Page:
From Soner Cagaptay, the Bangkok Post: As Egyptians and Tunisians vote to replace ousted despots and the Syrian government teeters on the brink, two old imperial powers are competing to exert their political influence over Arab countries in upheaval.
And they are not America and Russia. After years of cold-war competition over the Middle East and North Africa, it is now France and Turkey that are vying for lucrative business ties and the chance to mould a new generation of leaders in lands that they once controlled. . . .
[O]ne thing has become obvious to the Turks: Paris won’t allow Turkey into the European Union or let it become a powerful player in a French-led Mediterranean region.
Turkey’s newly activist foreign policy has therefore shifted away from Europe. The ruling Justice and Development Party, known as the AKP., is now cultivating ties with former Ottoman lands that were ignored for much of the 20th century. Of the 33 new Turkish diplomatic missions opened in the past decade, 18 are in Muslim and African countries.
This has resulted in new commercial and political ties, often at the expense of Turkey’s ties with Europe.
In 1999, the European Union accounted for over 56% of Turkish trade; in 2011, it was just 41%. Over the same period, Islamic countries’ share of Turkish trade climbed to 20% from 12%. . . .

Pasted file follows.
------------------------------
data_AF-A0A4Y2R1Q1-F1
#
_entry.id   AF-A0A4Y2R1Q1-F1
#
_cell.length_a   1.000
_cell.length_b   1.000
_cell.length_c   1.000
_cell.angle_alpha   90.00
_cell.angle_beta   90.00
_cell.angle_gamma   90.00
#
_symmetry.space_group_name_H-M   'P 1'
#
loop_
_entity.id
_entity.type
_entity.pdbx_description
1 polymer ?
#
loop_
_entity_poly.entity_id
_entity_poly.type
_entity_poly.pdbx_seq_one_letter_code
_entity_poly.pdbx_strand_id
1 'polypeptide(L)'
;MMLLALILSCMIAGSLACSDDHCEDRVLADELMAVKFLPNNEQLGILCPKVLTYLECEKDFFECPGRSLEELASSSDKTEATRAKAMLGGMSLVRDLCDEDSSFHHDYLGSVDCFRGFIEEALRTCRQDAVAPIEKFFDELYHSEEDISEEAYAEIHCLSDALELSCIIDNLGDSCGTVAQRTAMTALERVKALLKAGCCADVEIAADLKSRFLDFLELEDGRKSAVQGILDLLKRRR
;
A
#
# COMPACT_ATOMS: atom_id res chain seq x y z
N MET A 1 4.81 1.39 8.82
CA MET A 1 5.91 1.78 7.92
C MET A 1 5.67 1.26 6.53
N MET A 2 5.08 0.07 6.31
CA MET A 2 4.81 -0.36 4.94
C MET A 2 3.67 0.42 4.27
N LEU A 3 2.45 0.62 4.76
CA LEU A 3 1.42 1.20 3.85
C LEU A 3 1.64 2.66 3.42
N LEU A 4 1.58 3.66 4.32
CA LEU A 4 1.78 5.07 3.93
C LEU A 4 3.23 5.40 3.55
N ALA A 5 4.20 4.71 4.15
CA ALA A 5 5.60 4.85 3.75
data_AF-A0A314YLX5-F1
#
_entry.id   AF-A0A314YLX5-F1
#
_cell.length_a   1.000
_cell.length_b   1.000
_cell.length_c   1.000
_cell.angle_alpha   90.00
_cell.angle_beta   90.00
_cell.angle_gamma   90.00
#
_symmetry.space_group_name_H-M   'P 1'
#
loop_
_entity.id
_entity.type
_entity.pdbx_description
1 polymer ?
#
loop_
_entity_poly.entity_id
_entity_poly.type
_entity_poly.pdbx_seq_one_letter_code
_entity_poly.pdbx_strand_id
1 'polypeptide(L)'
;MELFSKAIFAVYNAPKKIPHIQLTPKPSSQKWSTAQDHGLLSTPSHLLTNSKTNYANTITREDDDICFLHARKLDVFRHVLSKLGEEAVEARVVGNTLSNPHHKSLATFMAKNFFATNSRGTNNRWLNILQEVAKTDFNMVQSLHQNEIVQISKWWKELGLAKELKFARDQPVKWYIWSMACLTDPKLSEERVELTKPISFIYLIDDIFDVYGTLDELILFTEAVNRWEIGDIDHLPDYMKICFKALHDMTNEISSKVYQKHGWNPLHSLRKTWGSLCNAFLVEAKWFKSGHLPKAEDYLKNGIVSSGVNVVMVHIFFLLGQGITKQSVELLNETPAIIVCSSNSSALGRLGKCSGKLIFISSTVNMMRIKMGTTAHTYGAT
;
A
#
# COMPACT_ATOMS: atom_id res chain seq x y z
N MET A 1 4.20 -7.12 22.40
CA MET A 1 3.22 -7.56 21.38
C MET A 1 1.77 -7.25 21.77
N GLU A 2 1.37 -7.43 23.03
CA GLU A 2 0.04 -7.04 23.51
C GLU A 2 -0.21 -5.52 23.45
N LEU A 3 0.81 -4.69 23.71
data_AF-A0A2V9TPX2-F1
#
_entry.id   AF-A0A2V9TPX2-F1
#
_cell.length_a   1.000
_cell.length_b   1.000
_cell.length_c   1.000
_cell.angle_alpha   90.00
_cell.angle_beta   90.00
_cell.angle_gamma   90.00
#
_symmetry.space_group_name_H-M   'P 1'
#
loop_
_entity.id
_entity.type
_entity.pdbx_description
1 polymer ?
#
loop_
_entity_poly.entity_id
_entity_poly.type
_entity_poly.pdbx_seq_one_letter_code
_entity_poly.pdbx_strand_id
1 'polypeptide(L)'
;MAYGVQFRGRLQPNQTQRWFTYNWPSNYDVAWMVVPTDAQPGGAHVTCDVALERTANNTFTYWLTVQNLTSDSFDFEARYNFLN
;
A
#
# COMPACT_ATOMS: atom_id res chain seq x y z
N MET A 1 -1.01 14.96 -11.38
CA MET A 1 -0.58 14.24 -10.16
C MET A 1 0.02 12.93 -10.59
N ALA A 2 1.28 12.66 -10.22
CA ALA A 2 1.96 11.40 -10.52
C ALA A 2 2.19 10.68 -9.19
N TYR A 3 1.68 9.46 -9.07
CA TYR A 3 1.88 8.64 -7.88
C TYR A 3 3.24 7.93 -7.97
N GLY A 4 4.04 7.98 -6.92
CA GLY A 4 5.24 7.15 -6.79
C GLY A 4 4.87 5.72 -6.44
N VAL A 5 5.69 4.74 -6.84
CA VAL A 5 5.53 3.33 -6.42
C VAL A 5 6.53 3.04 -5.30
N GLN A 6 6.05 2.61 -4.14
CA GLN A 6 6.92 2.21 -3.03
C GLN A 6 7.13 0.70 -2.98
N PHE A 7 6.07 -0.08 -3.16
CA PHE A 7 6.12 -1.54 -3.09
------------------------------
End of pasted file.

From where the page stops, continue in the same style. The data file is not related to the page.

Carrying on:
As France’s business ties with the old secular elite fray, its influence is waning.
It remains a military and cultural power, and will continue to attract Arab elites, even Islamist ones, seeking weapons and luxury goods. However, France will find it hard to market its brand of secularism across the region or match Turkey’s grass-roots business networks, especially in Syria, Lebanon and Iraq, where Turkey already has significant clout.
Even so, the road ahead will be rocky. Turkey ruled the Arab Middle East until World War I, and it must now be careful about how its messages are perceived there.
Arabs might be drawn to fellow Muslims, but like the French, the Turks are former imperial masters.
Arabs are pressing for democracy, and if Turkey behaves like a new imperial power, this approach will backfire.
At a recent conference at Zirve University, a gleaming private school in Gaziantep financed by the local businesses that have made Turkey a regional economic powerhouse, Arab liberals and Islamists from various countries disagreed on most matters but agreed on one thing: that Turkey is welcome in the Middle East but should not dominate it. . . .
Turkey may have the upper hand in soft power, but France has more hard power, as the recent war in Libya and its veto power at the United Nations make clear.
And despite Turkey’s phenomenal growth since 2002, the French economy is more than twice the size of Turkey’s, and France is still dominant in North Africa.
Turkey’s relative stability at a time when the region is in upheaval is attracting investment from less-stable neighbors like Iran, Iraq, Syria and Lebanon. Ultimately, political stability and regional clout are Turkey’s hard cash, and its economic growth will depend on both.